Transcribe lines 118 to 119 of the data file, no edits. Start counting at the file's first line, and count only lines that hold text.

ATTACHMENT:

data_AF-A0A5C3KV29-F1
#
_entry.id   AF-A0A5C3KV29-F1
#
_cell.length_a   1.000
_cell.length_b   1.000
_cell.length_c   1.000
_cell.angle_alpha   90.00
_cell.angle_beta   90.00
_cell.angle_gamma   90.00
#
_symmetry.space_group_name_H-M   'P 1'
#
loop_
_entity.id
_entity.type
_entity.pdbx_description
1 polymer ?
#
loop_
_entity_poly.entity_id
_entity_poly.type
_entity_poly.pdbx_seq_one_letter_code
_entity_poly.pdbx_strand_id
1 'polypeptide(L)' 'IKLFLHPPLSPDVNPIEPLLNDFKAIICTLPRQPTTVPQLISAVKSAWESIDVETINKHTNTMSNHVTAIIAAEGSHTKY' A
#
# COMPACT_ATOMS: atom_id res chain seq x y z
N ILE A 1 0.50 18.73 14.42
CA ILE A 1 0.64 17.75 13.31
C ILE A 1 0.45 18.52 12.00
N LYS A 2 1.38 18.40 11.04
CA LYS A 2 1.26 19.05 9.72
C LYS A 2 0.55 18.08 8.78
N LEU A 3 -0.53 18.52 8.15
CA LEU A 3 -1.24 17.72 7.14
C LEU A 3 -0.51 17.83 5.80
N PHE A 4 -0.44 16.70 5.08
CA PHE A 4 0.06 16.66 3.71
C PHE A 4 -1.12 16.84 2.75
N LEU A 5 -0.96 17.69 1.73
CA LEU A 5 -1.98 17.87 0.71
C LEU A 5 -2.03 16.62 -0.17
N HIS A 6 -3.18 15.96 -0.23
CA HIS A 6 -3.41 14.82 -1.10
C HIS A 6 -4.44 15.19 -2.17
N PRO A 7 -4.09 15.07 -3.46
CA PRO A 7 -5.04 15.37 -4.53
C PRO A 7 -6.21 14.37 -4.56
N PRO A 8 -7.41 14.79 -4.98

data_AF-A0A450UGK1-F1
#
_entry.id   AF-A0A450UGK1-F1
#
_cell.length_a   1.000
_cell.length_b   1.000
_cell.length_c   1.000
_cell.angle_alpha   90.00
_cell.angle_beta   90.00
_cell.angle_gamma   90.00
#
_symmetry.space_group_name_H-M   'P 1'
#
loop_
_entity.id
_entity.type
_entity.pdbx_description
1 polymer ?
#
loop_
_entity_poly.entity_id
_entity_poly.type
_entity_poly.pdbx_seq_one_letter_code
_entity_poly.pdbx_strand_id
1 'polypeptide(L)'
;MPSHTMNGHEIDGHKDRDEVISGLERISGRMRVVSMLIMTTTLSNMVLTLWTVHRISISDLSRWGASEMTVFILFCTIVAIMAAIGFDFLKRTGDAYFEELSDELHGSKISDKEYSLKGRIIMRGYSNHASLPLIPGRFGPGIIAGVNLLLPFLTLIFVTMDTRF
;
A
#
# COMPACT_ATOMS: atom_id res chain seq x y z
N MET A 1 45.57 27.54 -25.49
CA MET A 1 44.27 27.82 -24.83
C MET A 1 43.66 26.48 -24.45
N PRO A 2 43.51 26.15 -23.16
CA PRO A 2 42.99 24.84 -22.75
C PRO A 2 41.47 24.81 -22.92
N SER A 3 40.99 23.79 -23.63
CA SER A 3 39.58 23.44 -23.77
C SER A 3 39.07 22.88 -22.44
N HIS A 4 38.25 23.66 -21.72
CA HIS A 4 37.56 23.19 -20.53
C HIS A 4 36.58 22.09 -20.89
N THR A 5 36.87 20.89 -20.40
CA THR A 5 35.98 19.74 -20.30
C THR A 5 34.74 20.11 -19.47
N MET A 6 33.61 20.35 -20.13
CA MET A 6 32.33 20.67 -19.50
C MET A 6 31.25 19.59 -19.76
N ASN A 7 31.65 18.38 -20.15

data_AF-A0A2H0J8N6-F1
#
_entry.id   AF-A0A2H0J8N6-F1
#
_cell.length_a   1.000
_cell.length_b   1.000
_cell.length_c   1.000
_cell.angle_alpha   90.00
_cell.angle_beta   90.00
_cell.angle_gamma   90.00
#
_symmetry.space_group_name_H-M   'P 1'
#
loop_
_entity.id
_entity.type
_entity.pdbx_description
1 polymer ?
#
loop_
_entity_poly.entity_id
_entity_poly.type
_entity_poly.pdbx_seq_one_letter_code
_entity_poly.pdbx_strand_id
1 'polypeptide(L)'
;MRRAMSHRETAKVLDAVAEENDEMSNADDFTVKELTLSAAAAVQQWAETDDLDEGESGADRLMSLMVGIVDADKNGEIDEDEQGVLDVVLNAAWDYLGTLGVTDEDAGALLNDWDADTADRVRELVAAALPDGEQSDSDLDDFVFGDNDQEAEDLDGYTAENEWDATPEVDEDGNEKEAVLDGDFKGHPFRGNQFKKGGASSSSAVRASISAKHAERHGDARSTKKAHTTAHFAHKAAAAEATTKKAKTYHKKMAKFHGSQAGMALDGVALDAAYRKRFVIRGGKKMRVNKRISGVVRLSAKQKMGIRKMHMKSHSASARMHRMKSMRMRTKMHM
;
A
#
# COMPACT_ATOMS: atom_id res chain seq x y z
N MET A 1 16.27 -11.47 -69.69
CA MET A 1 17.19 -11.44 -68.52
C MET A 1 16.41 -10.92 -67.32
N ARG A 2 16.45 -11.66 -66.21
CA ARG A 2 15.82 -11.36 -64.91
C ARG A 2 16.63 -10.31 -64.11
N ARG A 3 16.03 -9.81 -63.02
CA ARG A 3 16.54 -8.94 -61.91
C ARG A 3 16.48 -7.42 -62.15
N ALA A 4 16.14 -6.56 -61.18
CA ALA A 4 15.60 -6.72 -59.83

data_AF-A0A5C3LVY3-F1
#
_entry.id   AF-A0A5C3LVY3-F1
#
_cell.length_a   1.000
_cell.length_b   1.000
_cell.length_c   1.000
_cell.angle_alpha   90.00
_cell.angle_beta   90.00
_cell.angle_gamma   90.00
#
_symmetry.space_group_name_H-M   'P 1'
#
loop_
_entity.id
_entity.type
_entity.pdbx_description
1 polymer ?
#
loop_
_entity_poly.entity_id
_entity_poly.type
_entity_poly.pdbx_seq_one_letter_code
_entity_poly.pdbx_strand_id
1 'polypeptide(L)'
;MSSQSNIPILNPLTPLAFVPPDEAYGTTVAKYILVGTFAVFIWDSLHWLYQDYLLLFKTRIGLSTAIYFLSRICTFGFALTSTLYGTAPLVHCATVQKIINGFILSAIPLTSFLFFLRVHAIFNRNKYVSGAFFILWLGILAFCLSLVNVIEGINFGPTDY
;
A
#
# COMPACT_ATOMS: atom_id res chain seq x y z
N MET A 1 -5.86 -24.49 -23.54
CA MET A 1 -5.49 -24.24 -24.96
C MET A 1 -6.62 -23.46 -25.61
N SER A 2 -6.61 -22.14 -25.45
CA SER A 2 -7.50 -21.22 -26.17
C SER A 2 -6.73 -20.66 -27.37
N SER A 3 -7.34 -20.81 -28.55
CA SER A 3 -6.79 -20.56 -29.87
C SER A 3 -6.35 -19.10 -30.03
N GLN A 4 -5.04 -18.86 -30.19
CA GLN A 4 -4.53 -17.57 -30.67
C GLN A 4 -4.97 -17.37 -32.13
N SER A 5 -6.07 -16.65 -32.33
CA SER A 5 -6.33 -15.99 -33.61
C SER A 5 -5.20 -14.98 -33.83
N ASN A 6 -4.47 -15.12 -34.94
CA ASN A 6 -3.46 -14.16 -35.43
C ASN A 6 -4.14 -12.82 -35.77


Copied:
loop_
_entity_poly.entity_id